The Appellate Court of Connecticut considered whether a prosecutor’s line of inquiry violated a defendant’s due process rights against self-incrimination under the state and federal constitutions.
This case arose from an incident that occurred at 1:22am on April 9, 2008. A state trooper was on routine patrol along I-95 in Fairfield, CT, when he received a report of an erratic driver in his vicinity. He promptly located the vehicle in question, which was driving only 35mph in a 55mph zone. In addition, the trooper saw the vehicle swerve multiple times and nearly strike a guardrail.
Therefore, the trooper initiated a traffic stop. While interacting with the driver, who was later identified as the defendant, the trooper made the following observations: bloodshot and watery eyes, slurred speech, and the distinct odor of alcohol. The trooper spotted a plastic cup with a tan liquid in the center console, but the defendant would not answer any questions regarding it.
The trooper asked the defendant to exit the vehicle and administered three field sobriety tests. The defendant was then arrested for operating a motor vehicle while under the influence (OMVUI) and transported to state police barracks located in Bridgeport, CT. There, he agreed to submit to two breathalyzer tests, both taken within two hours of the defendant operating his car and with results over the legal limit. The defendant was advised of his Miranda rights and presented with questions from a motor vehicle supplemental form (A44 form): the defendant answered some, but refused to answer others regarding alcohol and food consumption.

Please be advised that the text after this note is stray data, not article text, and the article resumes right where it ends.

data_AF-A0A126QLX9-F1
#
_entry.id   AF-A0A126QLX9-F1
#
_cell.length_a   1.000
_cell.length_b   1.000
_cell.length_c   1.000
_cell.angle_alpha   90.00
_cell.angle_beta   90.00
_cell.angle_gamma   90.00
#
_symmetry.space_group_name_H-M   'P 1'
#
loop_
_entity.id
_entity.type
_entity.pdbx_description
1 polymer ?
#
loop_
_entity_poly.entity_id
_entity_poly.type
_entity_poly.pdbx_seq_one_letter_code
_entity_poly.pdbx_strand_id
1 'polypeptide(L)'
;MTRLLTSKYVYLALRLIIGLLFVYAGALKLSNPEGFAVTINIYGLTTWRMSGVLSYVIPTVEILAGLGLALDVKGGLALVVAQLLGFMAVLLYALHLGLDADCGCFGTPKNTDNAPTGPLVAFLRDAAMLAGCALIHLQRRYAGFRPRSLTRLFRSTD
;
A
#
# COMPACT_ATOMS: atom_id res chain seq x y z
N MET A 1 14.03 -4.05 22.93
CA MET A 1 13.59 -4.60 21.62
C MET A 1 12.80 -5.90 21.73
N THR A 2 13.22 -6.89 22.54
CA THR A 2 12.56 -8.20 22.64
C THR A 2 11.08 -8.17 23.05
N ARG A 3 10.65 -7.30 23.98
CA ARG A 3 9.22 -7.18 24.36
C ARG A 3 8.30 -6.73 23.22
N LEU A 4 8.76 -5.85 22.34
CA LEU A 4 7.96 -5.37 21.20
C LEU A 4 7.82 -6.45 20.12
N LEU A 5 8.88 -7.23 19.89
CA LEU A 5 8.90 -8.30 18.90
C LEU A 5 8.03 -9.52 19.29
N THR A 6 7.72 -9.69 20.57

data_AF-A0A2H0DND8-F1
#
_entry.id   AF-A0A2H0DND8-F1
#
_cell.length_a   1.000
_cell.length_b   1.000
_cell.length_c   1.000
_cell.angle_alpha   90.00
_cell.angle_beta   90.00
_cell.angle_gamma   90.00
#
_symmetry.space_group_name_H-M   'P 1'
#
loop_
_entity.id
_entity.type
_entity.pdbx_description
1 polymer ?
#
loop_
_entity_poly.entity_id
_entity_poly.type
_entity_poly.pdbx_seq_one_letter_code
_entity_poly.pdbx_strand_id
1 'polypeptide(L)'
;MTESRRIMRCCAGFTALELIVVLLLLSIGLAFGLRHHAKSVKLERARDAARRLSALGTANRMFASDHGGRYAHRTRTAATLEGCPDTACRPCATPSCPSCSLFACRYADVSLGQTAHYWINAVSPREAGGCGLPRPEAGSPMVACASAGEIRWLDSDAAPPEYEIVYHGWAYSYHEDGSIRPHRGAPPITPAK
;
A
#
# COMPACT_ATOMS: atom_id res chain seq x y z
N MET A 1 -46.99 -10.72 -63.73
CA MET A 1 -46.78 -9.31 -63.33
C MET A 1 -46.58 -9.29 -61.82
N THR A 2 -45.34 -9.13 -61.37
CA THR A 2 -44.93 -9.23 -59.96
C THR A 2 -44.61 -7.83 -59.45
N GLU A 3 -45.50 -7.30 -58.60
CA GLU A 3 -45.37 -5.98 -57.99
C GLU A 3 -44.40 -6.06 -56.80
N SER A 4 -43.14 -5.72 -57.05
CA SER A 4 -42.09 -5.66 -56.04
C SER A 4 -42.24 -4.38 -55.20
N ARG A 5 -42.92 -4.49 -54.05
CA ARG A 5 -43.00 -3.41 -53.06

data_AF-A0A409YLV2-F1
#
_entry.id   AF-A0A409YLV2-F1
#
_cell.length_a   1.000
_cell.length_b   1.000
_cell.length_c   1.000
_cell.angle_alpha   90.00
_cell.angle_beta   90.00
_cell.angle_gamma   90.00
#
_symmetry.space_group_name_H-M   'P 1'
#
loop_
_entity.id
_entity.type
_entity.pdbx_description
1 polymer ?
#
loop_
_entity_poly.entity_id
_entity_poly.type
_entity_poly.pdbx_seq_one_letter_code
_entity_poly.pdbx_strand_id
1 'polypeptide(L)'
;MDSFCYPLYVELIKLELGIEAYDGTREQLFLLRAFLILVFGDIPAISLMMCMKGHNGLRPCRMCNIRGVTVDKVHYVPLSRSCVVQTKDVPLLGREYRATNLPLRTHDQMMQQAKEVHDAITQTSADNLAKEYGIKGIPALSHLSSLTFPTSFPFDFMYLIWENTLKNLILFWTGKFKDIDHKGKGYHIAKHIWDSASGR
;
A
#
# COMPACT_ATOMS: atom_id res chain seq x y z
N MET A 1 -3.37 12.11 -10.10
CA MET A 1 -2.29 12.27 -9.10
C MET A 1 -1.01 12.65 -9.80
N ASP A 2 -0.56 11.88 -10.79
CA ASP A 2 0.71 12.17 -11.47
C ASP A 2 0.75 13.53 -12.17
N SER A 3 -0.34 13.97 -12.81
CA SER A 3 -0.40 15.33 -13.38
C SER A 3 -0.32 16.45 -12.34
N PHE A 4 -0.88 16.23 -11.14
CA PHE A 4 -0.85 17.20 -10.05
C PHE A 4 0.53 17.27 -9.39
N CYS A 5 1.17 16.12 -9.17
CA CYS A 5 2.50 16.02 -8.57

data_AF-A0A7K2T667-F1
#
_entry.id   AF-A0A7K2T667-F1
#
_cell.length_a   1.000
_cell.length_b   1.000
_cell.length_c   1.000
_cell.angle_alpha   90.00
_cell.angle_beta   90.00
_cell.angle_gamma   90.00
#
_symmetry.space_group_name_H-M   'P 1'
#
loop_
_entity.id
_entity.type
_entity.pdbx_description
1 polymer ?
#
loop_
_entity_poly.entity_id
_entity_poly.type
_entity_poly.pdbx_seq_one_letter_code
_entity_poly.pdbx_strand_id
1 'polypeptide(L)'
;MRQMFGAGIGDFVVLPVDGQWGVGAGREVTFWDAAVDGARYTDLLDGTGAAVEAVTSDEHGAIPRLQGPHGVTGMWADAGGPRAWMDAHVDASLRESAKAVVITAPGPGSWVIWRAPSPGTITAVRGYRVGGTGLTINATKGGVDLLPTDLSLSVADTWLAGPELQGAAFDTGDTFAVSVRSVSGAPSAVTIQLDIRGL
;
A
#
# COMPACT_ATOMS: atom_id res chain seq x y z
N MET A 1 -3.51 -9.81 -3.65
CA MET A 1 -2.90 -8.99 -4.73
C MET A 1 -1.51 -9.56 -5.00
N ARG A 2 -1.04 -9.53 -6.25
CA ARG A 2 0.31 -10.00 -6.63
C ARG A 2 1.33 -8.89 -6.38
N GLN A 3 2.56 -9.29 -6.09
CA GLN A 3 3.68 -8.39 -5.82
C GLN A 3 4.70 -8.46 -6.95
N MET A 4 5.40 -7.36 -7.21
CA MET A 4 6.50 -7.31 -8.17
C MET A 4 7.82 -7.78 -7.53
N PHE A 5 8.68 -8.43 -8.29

Before trial, the defendant filed a motion in limine to exclude the admission of the A44 form, citing his constitutional right against self-incrimination, but the court denied the motion. At trial, the State conducted an “offer of proof” through the trooper regarding the A44 form, and the defendant objected, but the form was admitted into evidence. On cross-examination, defense counsel engaged the trooper in a line of questioning regarding the defendant’s cooperation in answering questions from the form.
On redirect, the State asked whether the trooper inquired about the amount the defendant had to drink, and the defense objected on the ground of self-incrimination. The State argued that “the line of questioning had been opened by the defendant,” and the court agreed and overruled the objection. The defendant was subsequently found guilty by a jury and he appealed his conviction, arguing in part that his due process rights were violated by admission of the A44 form and related questioning during trial.
When one party engages a witness in a particular subject during examination at trial, he or she “cannot object if the opposing party later questions the witness on the same subject.” This is known as “opening the door” to rebuttal. Where a defendant has been advised of his Miranda rights, he does not also have the right to be “selectively silent.” Thus, the right against self-incrimination is inapplicable to a factual scenario where a defendant so advised chooses to answer some questions but “selectively declines to answer several others.”
The Court’s Decision
In this case, the Appellate Court found that when the defense asked the trooper questions related to the defendant’s cooperation regarding the A44, the State had every right to follow up with questions on redirect evidencing the unresponsive answers. As the Court stated, “The defendant cannot reap the benefits of inquiry into one subject and expect the state’s questioning within the same scope to be held impermissible.” Therefore, there was no abuse of discretion when the court allowed the State’s inquiry on redirect regarding the defendant’s refusal to answer questions related to alcohol and food consumption. After addressing additional grounds for appeal, the Appellate Court affirmed judgment in its entirety.
When faced with a charge of operating a motor vehicle while intoxicated (a.k.a. driving under the influence), an individual is best served by consulting with an experienced criminal law practitioner. Should you have any questions regarding criminal defense, please do not hesitate to contact Attorney Joseph C. Maya in the firm’s Westport office in Fairfield County at 203-221-3100 or at JMaya@Mayalaw.com.
Written by Lindsay E. Raber, Esq.